Raccoon Tracks & Sign

Raccoon Tracks and Sign

Raccoons at the Dunes

It was around midnight on the first night of a week of tracking on Oregon’s coastal sand dunes with the Wilderness Awareness School‘s homeschool teen program, and I was snug as a bug in a rug underneath my small tarp shelter. My dreams of clear fox prints and porcupine sightings were abruptly interrupted by a strange swishing noise next to my head. I turned toward the noise and open my eyes to see two little black hands on my backpack. Right above them were two little black eyes, shining calmly at me in the light of the just-full moon.

“Ack!” was approximately what I shouted as I grabbed my backpack from Ms. Raccoon’s clutches. As she turned nonchalantly and walked away, I caught sight of a stub where her fluffy black and grey tail should have been. At least it was her tail that was missing and not my backpack!

Raccoon Tracks or Niece Tracks?

That was the first of many encounters with “No-Tail” throughout that week. Her paw prints were found on several occasions in the powdery dirt near our makeshift kitchen, looking as if my four-year-old niece had come and placed her hands on the ground as part of an art project. Raccoons have remarkably human-like front paws, which comes as no surprise given that touch is their dominant sense. Raccoons are constantly pawing, patting, digging, touching and exploring the world with their hands. No-Tail and her relatives are primarily nocturnal scavengers, favoring areas near water. This means that sensitive, long digits are quite useful whether raccoons are sifting through mud and stream vegetation to find invertebrates, or whether they have just unzipped your backpack and are ripping open your bag of homemade jerky.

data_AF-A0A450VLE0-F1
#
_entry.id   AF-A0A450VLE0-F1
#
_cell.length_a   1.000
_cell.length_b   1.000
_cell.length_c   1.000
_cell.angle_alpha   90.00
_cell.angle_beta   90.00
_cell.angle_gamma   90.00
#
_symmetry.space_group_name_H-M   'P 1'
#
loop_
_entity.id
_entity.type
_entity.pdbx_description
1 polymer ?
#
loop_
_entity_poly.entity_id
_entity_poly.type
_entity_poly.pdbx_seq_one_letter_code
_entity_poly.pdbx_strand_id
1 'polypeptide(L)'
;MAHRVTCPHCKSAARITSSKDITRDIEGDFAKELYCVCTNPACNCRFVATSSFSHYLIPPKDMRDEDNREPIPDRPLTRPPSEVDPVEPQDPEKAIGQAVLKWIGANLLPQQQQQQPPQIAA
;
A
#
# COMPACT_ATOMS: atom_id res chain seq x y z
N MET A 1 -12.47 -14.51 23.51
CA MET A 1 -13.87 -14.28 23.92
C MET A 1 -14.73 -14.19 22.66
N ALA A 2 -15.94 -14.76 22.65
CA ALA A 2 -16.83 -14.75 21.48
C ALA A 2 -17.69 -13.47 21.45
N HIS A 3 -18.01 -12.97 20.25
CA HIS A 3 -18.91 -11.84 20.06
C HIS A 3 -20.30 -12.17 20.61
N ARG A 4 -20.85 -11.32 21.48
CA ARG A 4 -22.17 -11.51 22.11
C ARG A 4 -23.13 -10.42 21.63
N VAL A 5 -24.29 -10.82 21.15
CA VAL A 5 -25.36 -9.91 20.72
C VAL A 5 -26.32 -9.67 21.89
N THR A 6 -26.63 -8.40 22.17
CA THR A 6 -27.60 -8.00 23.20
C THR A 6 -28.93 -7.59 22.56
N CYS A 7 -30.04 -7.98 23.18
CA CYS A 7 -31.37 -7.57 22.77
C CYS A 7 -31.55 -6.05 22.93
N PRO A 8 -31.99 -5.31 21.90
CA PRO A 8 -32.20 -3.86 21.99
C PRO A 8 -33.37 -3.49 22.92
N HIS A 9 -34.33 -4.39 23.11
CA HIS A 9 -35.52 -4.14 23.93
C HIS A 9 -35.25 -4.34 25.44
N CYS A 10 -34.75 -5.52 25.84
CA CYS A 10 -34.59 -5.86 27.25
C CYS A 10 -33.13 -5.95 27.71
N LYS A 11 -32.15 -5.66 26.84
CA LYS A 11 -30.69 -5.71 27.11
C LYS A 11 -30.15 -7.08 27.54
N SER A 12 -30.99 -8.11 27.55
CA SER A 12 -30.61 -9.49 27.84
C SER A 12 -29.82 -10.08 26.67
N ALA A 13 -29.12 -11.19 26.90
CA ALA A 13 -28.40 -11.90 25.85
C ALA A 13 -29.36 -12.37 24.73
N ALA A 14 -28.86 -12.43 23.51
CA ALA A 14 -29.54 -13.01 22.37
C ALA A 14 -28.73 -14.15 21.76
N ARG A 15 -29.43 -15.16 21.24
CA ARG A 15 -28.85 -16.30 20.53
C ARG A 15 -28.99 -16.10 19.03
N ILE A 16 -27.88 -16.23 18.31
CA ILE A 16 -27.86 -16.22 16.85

Like us, raccoons have continuous palm pads that connect to their digital pads. In raccoon tracks the palm pads often register as a C-shape print, and nails often register. Most of a raccoon’s weight is in its rear, so it follows that in comparison to a front raccoon track, a rear palm pad is slightly larger; its digits appear slightly shorter, wider and less splayed; and the back-foot heel registers more often than the front foot’s heel. Think of a human foot compared to a human hand.

Click to Enlarge

Click to Enlarge

  • 5 long toes front (track on left) and rear (on right)
  • Claws may or may not register
  • Fused, C-shaped palm pad
  • Front track approximately 1½ – 3 inches in length and width
  • Rear track slightly longer with less splayed digits

Typical Track Pattern: Overstep Walk

On the sand that week, if I saw a string of tracks that I thought might be raccoon, I immediately looked for a track pattern. A dead giveaway for raccoon tracks is pairs of two where a front track is paired side by side with a hind track. This track pattern indicates that the raccoon is moving in a severe overstep walk — its baseline gait. This is where one side of the body practically moves in unison, reaching much farther forward than in a normal walk, followed by the next side doing the same. Note that raccoons will occasionally gallop or bound.

Click to Enlarge
Click to Enlarge

  • Track pattern of pairs of two
  • Bottom and top set of tracks are left front paired with right rear
  • Middle set of tracks are left rear paired with right front

Similar But Different…